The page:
The serial ended with Bittu in jail, ostensibly for murdering her mother. Shakira dead and Bittu in jail. What a convenient end, one which allowed all other culprits to carry on with their lives. How is such an ending justified? I get this story is based on real life events, but once fictionalized it could have utilized to serve a larger purpose. Why should Bittu be the only one punished? What about the rest of the extended family that failed both these women? By mid-point of the story everybody knew Shakira was not all there. The signs were obvious and her mother-in-law suggested a therapist but Rukhsana nixed that idea in the bud. And that was the end of that.
Shakira’s miscarriage, postpartum depression, unsupervised use of birth control pills, all issues that needed at least a comment were used merely as plot points. Basically everybody pretended everything was fine because to do otherwise would have meant taking on Bitto’s responsibility, which nobody wanted to handle. So Shakira kept on deteriorating while the rest of her loving family kept up their facade of concern. Later when she kept getting “lost” it was if each time was the first time. Everybody blaming the other person without anyone actually stepping up to the plate and taking responsibility of her health and care. Instead of the continued focus on evil Bittu vs angelic Shakira why not a readjustment and focus instead on the causes that engendered such behavior.
If Shakira was used as a convenient peg to hang Bitto’s problem, she was another one who never really had a chance at a healthy lifestyle right from the get go. First she was caught between feuding parents, later a helpless prisoner of a narcissistic, frustrated mother, then a frightened bride, then back to a family where she was patently unwelcome… when did this girl ever get a fair shot at life? Is it any wonder she turned out the way she did? Why did no one, not even Shakira, with all her education ever think that Bitto would benefit from therapy. Again, I know counselling is as yet a new thing in Pakistan and may never have been an option for the real life Bitto, but that’s precisely where dramas like this can have an impact.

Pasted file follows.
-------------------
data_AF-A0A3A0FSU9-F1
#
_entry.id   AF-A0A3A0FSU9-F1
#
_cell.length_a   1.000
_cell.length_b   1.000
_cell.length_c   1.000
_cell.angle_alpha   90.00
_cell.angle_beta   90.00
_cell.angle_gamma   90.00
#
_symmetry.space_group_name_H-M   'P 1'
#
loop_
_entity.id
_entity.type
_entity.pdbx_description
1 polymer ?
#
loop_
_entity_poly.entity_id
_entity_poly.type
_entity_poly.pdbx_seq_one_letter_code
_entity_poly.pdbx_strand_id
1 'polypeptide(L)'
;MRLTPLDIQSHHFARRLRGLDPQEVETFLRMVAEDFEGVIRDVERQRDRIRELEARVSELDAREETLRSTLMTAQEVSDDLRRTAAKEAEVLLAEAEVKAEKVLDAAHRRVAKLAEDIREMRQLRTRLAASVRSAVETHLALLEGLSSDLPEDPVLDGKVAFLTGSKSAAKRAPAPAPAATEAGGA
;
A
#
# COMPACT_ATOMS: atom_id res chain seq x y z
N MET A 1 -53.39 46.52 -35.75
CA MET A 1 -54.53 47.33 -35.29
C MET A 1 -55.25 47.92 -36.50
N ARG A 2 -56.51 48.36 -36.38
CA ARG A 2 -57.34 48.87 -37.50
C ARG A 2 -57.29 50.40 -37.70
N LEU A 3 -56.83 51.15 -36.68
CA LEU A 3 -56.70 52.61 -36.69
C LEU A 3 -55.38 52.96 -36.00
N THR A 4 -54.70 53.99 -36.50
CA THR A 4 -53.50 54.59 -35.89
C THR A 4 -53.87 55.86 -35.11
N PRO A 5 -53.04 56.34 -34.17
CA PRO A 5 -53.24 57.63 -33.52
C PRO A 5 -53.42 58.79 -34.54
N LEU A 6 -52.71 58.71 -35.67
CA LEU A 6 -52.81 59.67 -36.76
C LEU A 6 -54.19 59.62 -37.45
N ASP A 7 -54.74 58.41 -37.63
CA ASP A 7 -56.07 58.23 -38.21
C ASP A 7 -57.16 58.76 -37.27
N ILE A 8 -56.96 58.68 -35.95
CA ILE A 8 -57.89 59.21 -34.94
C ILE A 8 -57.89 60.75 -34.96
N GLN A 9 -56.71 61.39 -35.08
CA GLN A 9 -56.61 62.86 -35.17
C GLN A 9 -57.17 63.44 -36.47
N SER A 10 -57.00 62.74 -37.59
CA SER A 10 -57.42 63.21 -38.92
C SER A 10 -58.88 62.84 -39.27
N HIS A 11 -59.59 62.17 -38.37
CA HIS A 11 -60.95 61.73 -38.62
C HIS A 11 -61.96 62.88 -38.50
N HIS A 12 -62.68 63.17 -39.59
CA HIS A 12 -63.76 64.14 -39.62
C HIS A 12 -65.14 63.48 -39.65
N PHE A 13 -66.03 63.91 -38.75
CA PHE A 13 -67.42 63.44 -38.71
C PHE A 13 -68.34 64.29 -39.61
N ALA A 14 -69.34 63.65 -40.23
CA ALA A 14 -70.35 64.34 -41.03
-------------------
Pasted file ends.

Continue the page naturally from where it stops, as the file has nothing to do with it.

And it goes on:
Given her trajectory, to see Bitto make a miraculous 180° turn in the last episode was all kinds of random and pointless. Was she being redeemed only to justify Sakina’s murder? And on that, Bitto being the only one punished was very difficult to stomach. I understand the whole khandan could not have been punished, but a scene or two showing some introspection on the part they played in destroying these two women’s lives would have gone a long way. As it stands now the ending only justifies the need to wrap up the story neatly, with no loose ends.
For a serial that had begun on such a brilliant note I am sorry to see my hopes of an excellent serial dashed. Given the rich potential of this story the brilliant cast and an excellent director I so wish the team had ventured beyond the formulaic good vs evil binaries and looked out for innovative ways to keep viewers’ engaged throughout and to end with a flourish. Also this stretching out of stories beyond their capacity is killing the art of story-telling. What is the point of mounting a 28 episode drama when the majority of viewers have switched channels and moved on.
Bottom line, I enjoyed the first several episodes a lot more than the last 12-15 episodes. From waiting eagerly for the episodes to upload I started watching 5-6 episode together and even then it was a tedious watch. Had it not been for the brilliant acting and the visual narration I would have happily given this one up a while ago.
So yeah this was my take on the good bad and ugly of Piyari Bitto – what about you all? Thumbs up or thumbs down? Looking forward to reading your take!
Written by SZ~